Stone cold! That’s how I would sum up U.S. Marine Corps Second Lieutenant Timothy Irish.
Another former enlisted troop, Tim got his start in the Marines as a reservist with the Rochester Alpha Company Anti-Terrorism Battalion while he was Attending SUNY Brockport.
After graduating college, Tim was commissioned through Officer Candidate School and will be following on from DINFOS to Camp Lejeune, N.C. for his first active duty assignment.
Tim is by all accounts, a Marine through and through. He’s also the only Marine in our section!
Coming from aircrew, the Marines are the absolute polar opposite of what I know and Tim has been a great steward for his branch. He always takes the time to answer my Marine Corps questions, no matter how stupid they may be.
Reserved in class, Timwill every once in a while throw something out there in a discussion that puts me on the floor laughing. He also does a pretty mean turkey impression.
Anchors aweigh! Today’s portrait is of none other than U.S. Navy Lieutenant Greg Raelson.
Greg is a (another) funny guy and just so happens to be my neighbor in our hotel, so he has to be sick of me by now. From the first day of class we’ve been cutting up incessantly, and I’m sure that our instructors are sick of the two of us by now.
I just thought of something unique about our class while writing this post – over half of the officers in our class are prior enlisted. Coincidental, strange, ordinary, I’m not sure? But I think it’s pretty cool.
Unfortunately Greg hasn’t written a book, but I still think he’s an interestingguy.
Beforecommissioning, Greg did a stint on a subs and set sail a number of times in support of the nuclear triad. After a tour at the Pentagon, Greg was accepted to the Navy’s “Seaman to Admiral Program” and completed his degree at The George Washington University. Greg went on to naval flight school to graduate and become an F/A-18 pilot.
His current assignment has him stationed at Naval Air Station North Island, Ca. where he’ll be working with the Naval Public Affairs Support Element West.
On a side note, Greg stuffed a snowball in my face last night after chow and I plan to get him back.
If you follow my Twitter or Facebook feeds you may have heard me mention a “special project” a few times over the past few weeks. And here it is, a servicemembera day!
I am having an absolute blast while enrolled here at DINFOS but, “The Man” skipped a big portion of journalism for me…the photography!!!
As a result, I decided to take matters into my own hands and set up a small portrait studio in my hotel room. I have a dozen of my classmates slated for portrait sessions and my goal is to shoot 30 people before I graduate in March.
My first subject is my good bud, U.S. Army Captain Ben Tupper, or “Tucker” as he’s affectionately referred to by our section.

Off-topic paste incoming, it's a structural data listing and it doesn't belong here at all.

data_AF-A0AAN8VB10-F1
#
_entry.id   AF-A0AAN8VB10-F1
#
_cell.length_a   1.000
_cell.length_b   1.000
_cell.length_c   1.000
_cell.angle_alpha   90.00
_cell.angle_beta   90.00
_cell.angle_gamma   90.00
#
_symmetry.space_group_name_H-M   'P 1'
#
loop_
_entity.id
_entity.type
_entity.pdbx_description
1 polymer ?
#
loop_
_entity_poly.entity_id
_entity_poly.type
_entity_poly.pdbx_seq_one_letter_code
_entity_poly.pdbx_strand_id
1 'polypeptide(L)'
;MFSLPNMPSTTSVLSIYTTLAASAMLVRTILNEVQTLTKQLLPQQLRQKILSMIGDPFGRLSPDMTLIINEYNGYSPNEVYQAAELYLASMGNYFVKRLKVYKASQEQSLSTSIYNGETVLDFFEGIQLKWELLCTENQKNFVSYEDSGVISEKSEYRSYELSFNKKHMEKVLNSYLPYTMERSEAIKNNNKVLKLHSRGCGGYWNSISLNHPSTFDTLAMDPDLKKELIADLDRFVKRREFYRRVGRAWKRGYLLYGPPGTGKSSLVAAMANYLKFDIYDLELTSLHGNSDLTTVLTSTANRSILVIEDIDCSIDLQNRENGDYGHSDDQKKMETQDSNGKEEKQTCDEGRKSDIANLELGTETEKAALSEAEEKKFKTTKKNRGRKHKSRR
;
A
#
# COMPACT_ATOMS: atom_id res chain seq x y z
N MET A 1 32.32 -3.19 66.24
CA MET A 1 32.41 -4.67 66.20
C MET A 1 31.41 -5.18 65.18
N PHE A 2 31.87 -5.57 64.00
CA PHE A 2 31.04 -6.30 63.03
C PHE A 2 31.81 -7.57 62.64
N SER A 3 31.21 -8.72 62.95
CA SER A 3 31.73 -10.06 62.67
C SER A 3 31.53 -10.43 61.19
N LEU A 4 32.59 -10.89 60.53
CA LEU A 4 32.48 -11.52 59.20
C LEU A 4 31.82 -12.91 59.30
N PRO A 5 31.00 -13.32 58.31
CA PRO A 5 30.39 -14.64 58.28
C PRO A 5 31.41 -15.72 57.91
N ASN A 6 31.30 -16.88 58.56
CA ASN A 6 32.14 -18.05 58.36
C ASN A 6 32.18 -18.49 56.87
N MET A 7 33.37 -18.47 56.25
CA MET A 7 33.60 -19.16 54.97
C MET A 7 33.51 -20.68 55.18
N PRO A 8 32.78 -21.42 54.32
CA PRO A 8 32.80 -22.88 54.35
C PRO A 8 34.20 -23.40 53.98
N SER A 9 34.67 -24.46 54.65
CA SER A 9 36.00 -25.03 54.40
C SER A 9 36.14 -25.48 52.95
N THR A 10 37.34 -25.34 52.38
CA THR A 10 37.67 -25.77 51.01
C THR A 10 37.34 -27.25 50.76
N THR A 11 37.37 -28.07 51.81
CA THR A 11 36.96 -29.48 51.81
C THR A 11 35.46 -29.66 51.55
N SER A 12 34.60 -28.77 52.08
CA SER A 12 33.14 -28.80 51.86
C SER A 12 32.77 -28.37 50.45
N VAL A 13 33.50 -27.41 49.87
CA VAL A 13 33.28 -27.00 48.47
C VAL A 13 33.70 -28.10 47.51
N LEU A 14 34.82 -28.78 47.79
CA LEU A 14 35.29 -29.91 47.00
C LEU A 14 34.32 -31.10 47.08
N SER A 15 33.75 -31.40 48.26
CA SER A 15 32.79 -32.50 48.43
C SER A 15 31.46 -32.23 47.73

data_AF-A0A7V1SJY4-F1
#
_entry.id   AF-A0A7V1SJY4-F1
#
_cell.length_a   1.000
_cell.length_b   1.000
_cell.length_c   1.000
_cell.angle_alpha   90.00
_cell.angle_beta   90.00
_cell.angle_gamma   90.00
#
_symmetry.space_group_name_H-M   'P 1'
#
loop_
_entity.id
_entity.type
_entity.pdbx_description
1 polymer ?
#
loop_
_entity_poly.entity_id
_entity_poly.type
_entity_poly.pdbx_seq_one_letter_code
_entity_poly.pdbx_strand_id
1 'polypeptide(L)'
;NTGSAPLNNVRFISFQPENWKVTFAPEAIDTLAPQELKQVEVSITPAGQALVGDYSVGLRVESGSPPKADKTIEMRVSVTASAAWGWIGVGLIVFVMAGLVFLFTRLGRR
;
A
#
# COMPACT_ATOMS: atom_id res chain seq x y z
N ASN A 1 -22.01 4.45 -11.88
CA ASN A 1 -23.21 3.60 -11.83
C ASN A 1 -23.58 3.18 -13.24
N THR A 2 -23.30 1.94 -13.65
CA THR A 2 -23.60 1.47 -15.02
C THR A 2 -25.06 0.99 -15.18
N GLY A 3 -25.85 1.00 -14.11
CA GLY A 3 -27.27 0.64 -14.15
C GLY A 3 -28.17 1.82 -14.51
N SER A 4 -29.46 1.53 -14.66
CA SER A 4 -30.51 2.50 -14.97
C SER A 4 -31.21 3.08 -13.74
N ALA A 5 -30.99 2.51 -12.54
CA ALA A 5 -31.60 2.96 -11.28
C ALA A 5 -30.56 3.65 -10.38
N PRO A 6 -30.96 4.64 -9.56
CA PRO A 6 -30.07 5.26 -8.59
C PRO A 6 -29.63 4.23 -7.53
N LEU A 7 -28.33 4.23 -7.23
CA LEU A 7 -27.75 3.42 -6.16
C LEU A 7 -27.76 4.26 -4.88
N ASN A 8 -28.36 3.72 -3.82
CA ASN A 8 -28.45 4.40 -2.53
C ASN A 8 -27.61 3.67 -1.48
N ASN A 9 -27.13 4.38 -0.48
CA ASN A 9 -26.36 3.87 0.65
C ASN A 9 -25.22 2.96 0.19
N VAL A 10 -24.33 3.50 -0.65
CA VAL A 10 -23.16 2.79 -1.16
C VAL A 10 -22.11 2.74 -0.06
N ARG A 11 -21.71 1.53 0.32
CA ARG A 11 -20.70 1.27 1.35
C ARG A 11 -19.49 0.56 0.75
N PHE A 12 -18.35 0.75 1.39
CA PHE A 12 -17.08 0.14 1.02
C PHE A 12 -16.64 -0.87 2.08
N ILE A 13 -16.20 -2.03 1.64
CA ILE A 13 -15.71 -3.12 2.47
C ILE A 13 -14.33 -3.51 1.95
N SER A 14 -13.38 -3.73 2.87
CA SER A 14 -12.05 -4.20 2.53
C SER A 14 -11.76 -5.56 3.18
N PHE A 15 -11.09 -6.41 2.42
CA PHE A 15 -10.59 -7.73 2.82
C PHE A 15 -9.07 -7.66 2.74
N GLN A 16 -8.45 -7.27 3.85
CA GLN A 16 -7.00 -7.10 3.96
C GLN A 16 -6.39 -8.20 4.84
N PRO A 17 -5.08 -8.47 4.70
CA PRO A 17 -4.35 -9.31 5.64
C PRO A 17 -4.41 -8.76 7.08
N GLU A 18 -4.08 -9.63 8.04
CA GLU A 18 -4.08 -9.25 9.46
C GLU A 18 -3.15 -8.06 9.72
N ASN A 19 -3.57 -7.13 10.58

Tupper is a New York National Guardsmen who spent over a year in Afghanistan with an Embedded Training Team. He came back with a ton of interesting stories, a chest full of medals and wouldn’t you know it…he decided to publish a book.
While deployed, he kept a vivid journal of his trials and tribulations and even spoke to National Public Radio a few times (one and two). He took all his material and complied it into a novel which is slated to hit the shelves this June. His book is titled,Greetings From Afghanistan, Send More Ammo, and here’s an except published on Amazon:
“Working in teams of two, ETTs are tasked with training, leading in combat, and mentoring the Afghan Army to victory against the thriving and brutal Taliban insurgency. Writing and recording from a remote outpost, Benjamin Tupper’s boots-on-the-ground dispatches were broadcast on NPR and posted on Doonesbury’s milblog The Sandbox. Now he takes us inside the intricacies of the war, opening up a unique and multifaceted view of Afghan culture and war tactics. From the rush of gunfire to surreal, euphoric moments of cross-cultural understanding, this emotional and thought-provoking narrative is rich with humor, eloquence and contradiction. Writing of danger and desire, confusion and camaraderie, outrage and inspiration, Tupper illuminates the challenges of the war, vividly bringing to life both the mundane and the extraordinary and seeking a way forward. Readers will take away an understanding of the Afghan people, from soldiers to interpreters to villagers, that is critical to shaping our policies in what will soon be America’s longest war. His journey comes full circle; from direct involvement in fi ghting for Afghanistan’s future he is suddenly transported back home, haunted by dreams and enduring the travails of PTSD. Welcome to Afghanistan offers new insight into America’s eight-year mission, and takes readers to a place where our warriors need us to go.”
For this portrait, I chased after the theme of how the “mundane and extraordinary” intersect in a soldier’s life while deployed. I wanted a stark portrait, with a bit of irony thrown in and the t-shirt set off that message perfectly. I also made sure to highlight his Combat Infantry Badge tattoo on his right arm with aseparatestrobe.
But I don’t want to end this post on a completely somber note since Tupper is a fun dude, who will laugh at just about anything!
I’m looking forward to finishing out the next month with him and my 13 other classmates and stand by for tomorrow’s portrait.